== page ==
The proposal aims to ensure Washington state patients have access to quality and safe nursing services
Nurses are critical to the delivery of safe and quality care in Washington state, and it is important that nurses are not fatigued. The Washington State Hospital Association (WSHA) is advancing a new bill, Senate Bill 5344, Concerning Nurse Fatigue, for the 2019 legislative session to address concerns about missed meal or breaks and nurse fatigue. The proposal builds on the successful work addressing the issue of nurse staffing brought in 2017. Overall, the purpose of SB 5344 is to assure that safe and expert nursing services are available to Washington residents.
WSHA carefully developed SB 5344 to address the complex issue of safe nurse staffing. There are several key components of the proposal aimed at addressing nurse fatigue. The bill:
- Expands the complaint process established jointly with hospitals and nursing unions to include complaints about missed meal and rest breaks. The enhanced complaint process will allow hospitals and nurses to find solutions that work at the local level while ensuring patient safety.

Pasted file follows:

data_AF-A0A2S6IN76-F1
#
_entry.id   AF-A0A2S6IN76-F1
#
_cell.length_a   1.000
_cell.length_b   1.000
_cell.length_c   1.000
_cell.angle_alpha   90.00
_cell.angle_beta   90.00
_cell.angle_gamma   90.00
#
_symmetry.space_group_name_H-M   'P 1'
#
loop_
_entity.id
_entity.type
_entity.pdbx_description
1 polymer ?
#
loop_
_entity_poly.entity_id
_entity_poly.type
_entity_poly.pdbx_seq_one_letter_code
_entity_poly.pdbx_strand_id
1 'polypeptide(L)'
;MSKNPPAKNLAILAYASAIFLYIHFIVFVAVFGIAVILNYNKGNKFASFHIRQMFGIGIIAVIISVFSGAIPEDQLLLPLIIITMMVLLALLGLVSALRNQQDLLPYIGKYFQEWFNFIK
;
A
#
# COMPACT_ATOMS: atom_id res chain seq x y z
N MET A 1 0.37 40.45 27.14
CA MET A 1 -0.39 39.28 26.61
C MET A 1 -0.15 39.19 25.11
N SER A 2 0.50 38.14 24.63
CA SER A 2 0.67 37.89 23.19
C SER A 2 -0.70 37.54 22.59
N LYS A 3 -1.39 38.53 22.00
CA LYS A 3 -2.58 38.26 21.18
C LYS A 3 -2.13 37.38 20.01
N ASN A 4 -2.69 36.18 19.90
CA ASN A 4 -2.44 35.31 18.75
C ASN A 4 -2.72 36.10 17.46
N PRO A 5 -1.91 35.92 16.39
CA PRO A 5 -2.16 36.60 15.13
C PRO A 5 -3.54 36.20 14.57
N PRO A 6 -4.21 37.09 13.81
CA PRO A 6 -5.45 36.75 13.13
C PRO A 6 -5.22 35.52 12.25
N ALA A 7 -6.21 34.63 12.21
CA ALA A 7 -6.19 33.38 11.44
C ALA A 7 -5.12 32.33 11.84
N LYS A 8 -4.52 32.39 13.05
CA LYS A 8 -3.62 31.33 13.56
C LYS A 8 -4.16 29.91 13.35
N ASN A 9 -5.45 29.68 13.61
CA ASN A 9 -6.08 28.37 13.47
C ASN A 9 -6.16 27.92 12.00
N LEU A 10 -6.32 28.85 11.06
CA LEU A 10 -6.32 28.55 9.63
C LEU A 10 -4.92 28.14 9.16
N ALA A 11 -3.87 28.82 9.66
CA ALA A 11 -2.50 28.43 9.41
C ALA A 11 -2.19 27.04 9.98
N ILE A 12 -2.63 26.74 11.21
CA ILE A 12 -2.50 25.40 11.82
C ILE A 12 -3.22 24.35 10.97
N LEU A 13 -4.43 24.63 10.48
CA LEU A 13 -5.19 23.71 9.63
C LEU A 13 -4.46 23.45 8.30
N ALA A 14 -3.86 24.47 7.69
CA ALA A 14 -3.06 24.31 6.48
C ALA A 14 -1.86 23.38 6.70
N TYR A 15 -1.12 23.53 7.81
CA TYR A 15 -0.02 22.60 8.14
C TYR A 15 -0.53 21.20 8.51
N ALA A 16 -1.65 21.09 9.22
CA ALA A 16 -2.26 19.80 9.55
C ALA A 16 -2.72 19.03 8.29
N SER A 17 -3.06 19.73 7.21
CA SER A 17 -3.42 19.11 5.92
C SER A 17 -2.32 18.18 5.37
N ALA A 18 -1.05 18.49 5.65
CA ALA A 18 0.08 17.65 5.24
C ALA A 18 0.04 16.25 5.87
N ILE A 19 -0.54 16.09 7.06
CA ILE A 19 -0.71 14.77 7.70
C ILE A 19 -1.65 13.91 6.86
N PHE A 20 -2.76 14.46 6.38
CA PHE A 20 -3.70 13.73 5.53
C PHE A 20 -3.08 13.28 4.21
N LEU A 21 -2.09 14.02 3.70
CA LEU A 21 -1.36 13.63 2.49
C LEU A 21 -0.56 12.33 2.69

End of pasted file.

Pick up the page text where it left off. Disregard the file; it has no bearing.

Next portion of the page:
- Establishes a maximum-hours-worked requirement to address fatigue for Washington nurses, similar to work-hour limits established for truck drivers and airline pilots. Fatigue is a critical issue that can compromise patient safety and quality of care. SB 5344 proposes a maximum of 60 direct-care hours within a seven-day period for registered nurses.
- Limits use of prescheduled on-call by requiring hospitals to work to find a replacement if a nurse is called in immediately before or after a regularly scheduled 12-hour shift and the nurse indicates that they are fatigued and cannot work.
“Hospitals take the issue of nurse fatigue seriously. We are dedicated to ensuring that that staff are best equipped to serve patients, which includes not working excessive hours and identifying when fatigue is an issue,” WSHA Senior Vice President, Government Affairs, Chelene Whiteaker said. “We owe it to the patients of Washington state to create a safe, quality-driven environment to achieve the best outcomes for patients.”
SB 5344 was developed with direction from WSHA’s Nurse Staffing Advisory Group. WSHA has previously worked with the Washington State Nurses Association, the Service Employees International Union and United Food and Commercial Workers to develop legislation that supports safe nurse staffing, and hopes to do so again.